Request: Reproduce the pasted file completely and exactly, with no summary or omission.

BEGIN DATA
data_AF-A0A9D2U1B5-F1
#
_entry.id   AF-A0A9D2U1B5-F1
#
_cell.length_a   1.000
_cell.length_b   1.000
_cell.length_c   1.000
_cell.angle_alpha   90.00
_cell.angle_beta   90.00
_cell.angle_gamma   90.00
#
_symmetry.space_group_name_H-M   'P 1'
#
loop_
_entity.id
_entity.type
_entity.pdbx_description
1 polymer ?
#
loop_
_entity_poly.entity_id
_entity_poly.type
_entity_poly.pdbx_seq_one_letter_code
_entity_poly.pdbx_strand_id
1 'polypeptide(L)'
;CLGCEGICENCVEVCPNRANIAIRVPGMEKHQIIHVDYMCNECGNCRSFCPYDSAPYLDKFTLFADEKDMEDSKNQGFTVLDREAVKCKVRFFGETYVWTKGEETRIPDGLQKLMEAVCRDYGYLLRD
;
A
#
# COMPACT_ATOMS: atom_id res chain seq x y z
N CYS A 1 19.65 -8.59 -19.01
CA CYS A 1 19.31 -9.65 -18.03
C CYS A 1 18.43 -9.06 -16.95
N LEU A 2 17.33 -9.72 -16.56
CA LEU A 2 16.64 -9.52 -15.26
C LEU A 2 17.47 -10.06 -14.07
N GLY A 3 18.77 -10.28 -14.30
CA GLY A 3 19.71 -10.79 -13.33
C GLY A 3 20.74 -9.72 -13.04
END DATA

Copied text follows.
data_AF-A0A9D2U1B5-F1
#
_entry.id   AF-A0A9D2U1B5-F1
#
_cell.length_a   1.000
_cell.length_b   1.000
_cell.length_c   1.000
_cell.angle_alpha   90.00
_cell.angle_beta   90.00
_cell.angle_gamma   90.00
#
_symmetry.space_group_name_H-M   'P 1'
#
loop_
_entity.id
_entity.type
_entity.pdbx_description
1 polymer ?
#
loop_
_entity_poly.entity_id
_entity_poly.type
_entity_poly.pdbx_seq_one_letter_code
_entity_poly.pdbx_strand_id
1 'polypeptide(L)'
;CLGCEGICENCVEVCPNRANIAIRVPGMEKHQIIHVDYMCNECGNCRSFCPYDSAPYLDKFTLFADEKDMEDSKNQGFTVLDREAVKCKVRFFGETYVWTKGEETRIPDGLQKLMEAVCRDYGYLLRD
;
A
#
# COMPACT_ATOMS: atom_id res chain seq x y z
N CYS A 1 19.65 -8.59 -19.01
CA CYS A 1 19.31 -9.65 -18.03
C CYS A 1 18.43 -9.06 -16.95
N LEU A 2 17.33 -9.72 -16.56
CA LEU A 2 16.64 -9.52 -15.26
C LEU A 2 17.47 -10.06 -14.07
N GLY A 3 18.77 -10.28 -14.30
CA GLY A 3 19.71 -10.79 -13.33
C GLY A 3 20.74 -9.72 -13.04